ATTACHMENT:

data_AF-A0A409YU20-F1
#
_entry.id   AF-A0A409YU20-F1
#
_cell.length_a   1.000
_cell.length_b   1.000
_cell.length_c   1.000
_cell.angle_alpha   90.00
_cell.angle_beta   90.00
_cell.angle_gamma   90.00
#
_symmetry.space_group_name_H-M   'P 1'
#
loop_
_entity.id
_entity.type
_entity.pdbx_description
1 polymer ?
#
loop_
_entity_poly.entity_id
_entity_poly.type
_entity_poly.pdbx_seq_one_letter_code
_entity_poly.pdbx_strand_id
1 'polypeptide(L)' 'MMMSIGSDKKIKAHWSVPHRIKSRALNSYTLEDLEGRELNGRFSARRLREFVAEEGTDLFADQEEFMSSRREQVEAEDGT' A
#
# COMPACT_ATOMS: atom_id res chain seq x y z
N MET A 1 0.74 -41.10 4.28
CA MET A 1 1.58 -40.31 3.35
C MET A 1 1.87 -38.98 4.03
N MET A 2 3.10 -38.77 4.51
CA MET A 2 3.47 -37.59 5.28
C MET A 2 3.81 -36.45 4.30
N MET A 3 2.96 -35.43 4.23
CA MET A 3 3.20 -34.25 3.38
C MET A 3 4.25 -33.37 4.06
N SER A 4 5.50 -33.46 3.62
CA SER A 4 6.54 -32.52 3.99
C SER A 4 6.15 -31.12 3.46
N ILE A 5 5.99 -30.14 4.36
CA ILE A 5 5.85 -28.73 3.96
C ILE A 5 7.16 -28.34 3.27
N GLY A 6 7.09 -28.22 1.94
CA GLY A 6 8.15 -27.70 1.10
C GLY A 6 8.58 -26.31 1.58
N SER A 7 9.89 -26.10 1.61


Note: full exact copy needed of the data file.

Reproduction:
data_AF-A0A409YU20-F1
#
_entry.id   AF-A0A409YU20-F1
#
_cell.length_a   1.000
_cell.length_b   1.000
_cell.length_c   1.000
_cell.angle_alpha   90.00
_cell.angle_beta   90.00
_cell.angle_gamma   90.00
#
_symmetry.space_group_name_H-M   'P 1'
#
loop_
_entity.id
_entity.type
_entity.pdbx_description
1 polymer ?
#
loop_
_entity_poly.entity_id
_entity_poly.type
_entity_poly.pdbx_seq_one_letter_code
_entity_poly.pdbx_strand_id
1 'polypeptide(L)' 'MMMSIGSDKKIKAHWSVPHRIKSRALNSYTLEDLEGRELNGRFSARRLREFVAEEGTDLFADQEEFMSSRREQVEAEDGT' A
#
# COMPACT_ATOMS: atom_id res chain seq x y z
N MET A 1 0.74 -41.10 4.28
CA MET A 1 1.58 -40.31 3.35
C MET A 1 1.87 -38.98 4.03
N MET A 2 3.10 -38.77 4.51
CA MET A 2 3.47 -37.59 5.28
C MET A 2 3.81 -36.45 4.30
N MET A 3 2.96 -35.43 4.23
CA MET A 3 3.20 -34.25 3.38
C MET A 3 4.25 -33.37 4.06
N SER A 4 5.50 -33.46 3.62
CA SER A 4 6.54 -32.52 3.99
C SER A 4 6.15 -31.12 3.46
N ILE A 5 5.99 -30.14 4.36
CA ILE A 5 5.85 -28.73 3.96
C ILE A 5 7.16 -28.34 3.27
N GLY A 6 7.09 -28.22 1.94
CA GLY A 6 8.15 -27.70 1.10
C GLY A 6 8.58 -26.31 1.58
N SER A 7 9.89 -26.10 1.61